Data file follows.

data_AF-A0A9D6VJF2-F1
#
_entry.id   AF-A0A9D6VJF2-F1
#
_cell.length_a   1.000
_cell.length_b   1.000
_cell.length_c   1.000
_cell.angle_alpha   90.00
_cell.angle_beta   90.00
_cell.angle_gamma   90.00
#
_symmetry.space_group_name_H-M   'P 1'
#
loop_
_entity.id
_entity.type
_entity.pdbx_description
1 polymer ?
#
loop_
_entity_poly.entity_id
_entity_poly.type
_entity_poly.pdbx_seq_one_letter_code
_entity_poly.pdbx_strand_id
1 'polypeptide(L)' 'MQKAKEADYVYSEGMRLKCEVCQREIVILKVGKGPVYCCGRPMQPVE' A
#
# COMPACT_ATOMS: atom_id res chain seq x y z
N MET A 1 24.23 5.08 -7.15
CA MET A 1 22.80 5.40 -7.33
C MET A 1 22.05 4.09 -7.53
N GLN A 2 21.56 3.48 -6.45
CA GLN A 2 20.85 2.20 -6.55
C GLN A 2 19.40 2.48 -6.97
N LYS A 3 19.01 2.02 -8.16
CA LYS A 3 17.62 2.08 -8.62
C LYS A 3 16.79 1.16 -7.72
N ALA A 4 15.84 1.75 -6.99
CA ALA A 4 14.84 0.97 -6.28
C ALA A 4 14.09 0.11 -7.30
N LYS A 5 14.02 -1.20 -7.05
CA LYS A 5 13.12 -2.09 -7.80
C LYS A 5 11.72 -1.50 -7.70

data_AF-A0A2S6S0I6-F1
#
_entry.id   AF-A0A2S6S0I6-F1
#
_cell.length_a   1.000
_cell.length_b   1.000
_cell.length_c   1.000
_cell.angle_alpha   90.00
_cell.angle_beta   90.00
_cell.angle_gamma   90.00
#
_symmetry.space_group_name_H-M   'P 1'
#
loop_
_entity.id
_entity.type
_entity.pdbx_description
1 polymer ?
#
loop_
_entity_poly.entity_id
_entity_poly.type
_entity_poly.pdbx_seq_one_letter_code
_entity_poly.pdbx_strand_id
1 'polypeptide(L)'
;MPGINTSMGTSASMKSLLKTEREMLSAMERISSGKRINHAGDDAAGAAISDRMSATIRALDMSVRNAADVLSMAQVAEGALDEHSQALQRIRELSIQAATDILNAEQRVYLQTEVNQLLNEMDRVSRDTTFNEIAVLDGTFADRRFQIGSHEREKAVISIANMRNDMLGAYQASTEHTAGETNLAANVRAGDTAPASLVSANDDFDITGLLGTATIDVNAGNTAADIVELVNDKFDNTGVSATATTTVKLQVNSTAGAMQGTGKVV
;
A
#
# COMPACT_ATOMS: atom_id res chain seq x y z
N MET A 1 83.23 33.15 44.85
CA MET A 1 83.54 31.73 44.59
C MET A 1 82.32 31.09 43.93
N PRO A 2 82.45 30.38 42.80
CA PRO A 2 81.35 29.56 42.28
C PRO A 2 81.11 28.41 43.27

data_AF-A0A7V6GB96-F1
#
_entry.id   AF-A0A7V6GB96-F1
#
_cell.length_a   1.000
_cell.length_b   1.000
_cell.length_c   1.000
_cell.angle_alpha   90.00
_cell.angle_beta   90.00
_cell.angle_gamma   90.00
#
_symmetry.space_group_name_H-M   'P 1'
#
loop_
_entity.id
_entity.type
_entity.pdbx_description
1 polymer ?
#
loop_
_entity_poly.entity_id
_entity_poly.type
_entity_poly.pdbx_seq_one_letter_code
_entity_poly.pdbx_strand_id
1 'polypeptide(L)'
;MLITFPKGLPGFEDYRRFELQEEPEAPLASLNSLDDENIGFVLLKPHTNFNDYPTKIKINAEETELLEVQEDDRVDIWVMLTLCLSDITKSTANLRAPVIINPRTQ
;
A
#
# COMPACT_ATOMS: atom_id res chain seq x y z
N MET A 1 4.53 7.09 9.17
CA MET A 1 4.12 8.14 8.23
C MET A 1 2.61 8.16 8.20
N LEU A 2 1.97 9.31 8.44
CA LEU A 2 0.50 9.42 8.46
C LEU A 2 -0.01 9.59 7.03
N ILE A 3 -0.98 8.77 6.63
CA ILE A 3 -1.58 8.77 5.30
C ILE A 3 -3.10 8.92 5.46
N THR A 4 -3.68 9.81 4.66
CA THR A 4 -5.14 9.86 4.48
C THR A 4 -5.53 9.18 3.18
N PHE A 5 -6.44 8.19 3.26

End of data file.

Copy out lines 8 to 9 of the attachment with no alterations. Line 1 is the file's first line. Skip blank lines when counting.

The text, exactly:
_cell.angle_alpha   90.00
_cell.angle_beta   90.00